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Indian farm bill repeal: Setback to reforms, betrayal of poor farmers

The repeal of the farm bill stretches the plight of poor farmers and hurts the potential growth of food processing in the country, writes S. Majumder for South Asia Monitor 

S. Majumder Dec 09, 2021
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Indian farm bill repeal (Photo: Scroll)

The opposition was jubilant over the withdrawal of the three farm bills. They celebrated Prime Minister Narendra Modi’s decision to blink after over 700 farmers died in the prolonged protests. The opposition vented its ire against the way the bills were passed. The government did not discuss with the farmers elaborately or send the bills to the Joint Parliamentary Committee. After the repeal, the opposition blasted the NDA, ahead of state elections, particularly in Uttar Pradesh and Punjab. 

But the reality is different. Who were these protesters? Poor or rich farmers? Poor farmers were the frontline soldiers and succumbed to death. They were less concerned with the procedural systems to pass the bill. They were interested in how the new bills benefit them and get freedom from the clutches of traders. Reformists argued that the repeal is a boomerang for poor farmers.

Mama kept away 

West Bengal Chief Minister Mamata Banerjee, a staunch opponent of Modi, refrained from joining the protest, except giving lip service. Odisha Chief Minister Naveen Patnaik preferred to emulate Banerjee.  Erstwhile Punjab Chief Minister Amarinder Singh lamented the prolonged agitation, blaming it had damaged industries in the state. 

The new farm bills became the Damocles' sword for rich farmers. They were earning high profits through 'mandis' (wholesale grain markets) and Minimum Support Price (MSP) - guaranteed prices - which were originally aimed at protecting poor farmers. Mandis and MSP were launched in the early 1960s. The main objectives were to support poor farmers to reap better prices and get rid of middlemen. Over time, the real objectives were mutilated. Rich farmers became wealthier and poor farmers continued to reel under poverty. 

Nearly 80 percent of the farmers in India are smallholders of land.  Mandis and MSP are no insurance to them. Instead, they become tillers in the land of rich farmers who benefit from mandis and MSP besides huge government subsidies as well as the tax sops in agriculture.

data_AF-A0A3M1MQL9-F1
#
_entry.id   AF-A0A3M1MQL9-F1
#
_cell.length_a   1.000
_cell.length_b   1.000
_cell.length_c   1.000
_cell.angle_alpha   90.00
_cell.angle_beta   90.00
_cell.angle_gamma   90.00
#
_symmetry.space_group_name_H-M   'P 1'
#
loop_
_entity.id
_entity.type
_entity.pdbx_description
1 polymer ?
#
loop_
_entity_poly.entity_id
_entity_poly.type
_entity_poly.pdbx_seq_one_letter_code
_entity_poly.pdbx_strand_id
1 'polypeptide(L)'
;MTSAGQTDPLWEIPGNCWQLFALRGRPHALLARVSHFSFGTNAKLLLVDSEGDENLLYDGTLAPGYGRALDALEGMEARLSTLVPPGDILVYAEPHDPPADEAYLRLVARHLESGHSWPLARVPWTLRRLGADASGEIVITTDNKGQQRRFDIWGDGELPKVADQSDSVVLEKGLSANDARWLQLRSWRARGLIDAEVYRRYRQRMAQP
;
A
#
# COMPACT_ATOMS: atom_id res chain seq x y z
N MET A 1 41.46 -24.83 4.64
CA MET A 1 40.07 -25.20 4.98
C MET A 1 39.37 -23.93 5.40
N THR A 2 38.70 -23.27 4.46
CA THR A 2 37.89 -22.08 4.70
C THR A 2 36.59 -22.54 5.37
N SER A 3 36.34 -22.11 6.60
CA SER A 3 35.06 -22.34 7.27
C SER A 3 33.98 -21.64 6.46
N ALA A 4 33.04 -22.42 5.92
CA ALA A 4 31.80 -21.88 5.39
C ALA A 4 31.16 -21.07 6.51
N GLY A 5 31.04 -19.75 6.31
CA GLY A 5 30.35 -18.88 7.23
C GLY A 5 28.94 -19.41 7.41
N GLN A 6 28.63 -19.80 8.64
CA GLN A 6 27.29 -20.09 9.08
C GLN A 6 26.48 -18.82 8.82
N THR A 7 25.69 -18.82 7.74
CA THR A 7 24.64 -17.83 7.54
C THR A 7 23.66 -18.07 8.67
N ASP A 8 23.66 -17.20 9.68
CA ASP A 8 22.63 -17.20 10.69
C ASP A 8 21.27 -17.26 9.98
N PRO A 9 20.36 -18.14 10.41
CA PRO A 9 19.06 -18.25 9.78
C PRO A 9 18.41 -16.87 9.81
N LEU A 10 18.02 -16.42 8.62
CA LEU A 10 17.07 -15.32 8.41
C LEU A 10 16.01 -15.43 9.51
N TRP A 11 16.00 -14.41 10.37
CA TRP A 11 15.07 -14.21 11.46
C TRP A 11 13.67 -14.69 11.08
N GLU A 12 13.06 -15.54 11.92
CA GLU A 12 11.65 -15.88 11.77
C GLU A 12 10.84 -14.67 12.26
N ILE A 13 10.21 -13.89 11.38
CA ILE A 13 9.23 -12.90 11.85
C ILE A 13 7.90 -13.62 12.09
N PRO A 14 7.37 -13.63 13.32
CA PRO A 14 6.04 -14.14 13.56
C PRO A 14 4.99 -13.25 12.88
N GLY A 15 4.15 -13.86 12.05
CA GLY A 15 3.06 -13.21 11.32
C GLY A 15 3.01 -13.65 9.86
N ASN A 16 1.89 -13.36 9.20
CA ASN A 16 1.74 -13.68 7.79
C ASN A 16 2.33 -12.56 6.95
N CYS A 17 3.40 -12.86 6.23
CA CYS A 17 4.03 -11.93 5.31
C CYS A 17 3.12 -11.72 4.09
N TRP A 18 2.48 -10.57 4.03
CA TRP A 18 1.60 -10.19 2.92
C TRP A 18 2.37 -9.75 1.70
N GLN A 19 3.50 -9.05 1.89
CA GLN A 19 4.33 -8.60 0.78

Punjab benefits most 

Punjab is the richest state and West Bengal is the poorest in terms of farm income, according to a survey. But Punjab is the biggest user of MSP.  In 2019-20, the largest procurement of wheat and paddy, 39 and 30 percent respectively, took place in Punjab under MSP.  

West Bengal and Uttar Pradesh are the biggest producers of rice and wheat respectively. But they are the least beneficiary of MSP. The new farm bills vowed to turn down the anomaly by withdrawing mandi and recalibrating MSP so that the benefits reach the poor farmers. 

The new farm bills made a debut for corporatization of agriculture. It would have paved the way for mechanization of farming and commercial farming. It could have been a big support to the poor and small land-holding farmers who lack marketing expertise and farm technology. 

Commercial farming is usually capital intensive. To this end, private investment will create better opportunities for small farmers. Corporatization of farming could have enhanced the scope for selling agricultural products through proper marketing channels, in-house research and development facilities. 

At present, farming in India is informal in nature. It is undertaken by family members of poor and small farmers. Most farmers lack machinery like tractors, combine harvesters, rice planters and so on. Contract farming, which is an important component for commercial farming, is a distant future.  The Farmers’ (Empowerment and Protection) Agreement on Price Assurance and Farm Services Bill 2020 ensured guaranteed purchases at pre-determined prices. This would have protected the poor farmers from the volatility in prices under the farm bill. 

Food processing hurt 

The repeal of farm bills opens Pandora’s Box for food processing industries. Currently, only 2 percent of agricultural products are processed as compared to 40 percent in Southeast Asia. The repeal will nix the recently launched PLI (Production Linked Incentive) scheme and force the industry majors on the back foot to invest in the industry. The Nestle Chairman and MD had said: “The scheme would give a boost to the food processing industry.” 

The major food processing stakeholders were ready with a blueprint for enhancing the capacity of their industry. In some states like Karnataka and Maharashtra, much headway was made by establishing collection centres. The repeal of the farm bill stretches the plight of poor farmers and hurts the potential growth of food processing in the country.  

(The author is a Former Adviser, Japan External Trade Organization, New Delhi. The views expressed are personal. He can be contacted at subratamajumder0604@gmail.com)

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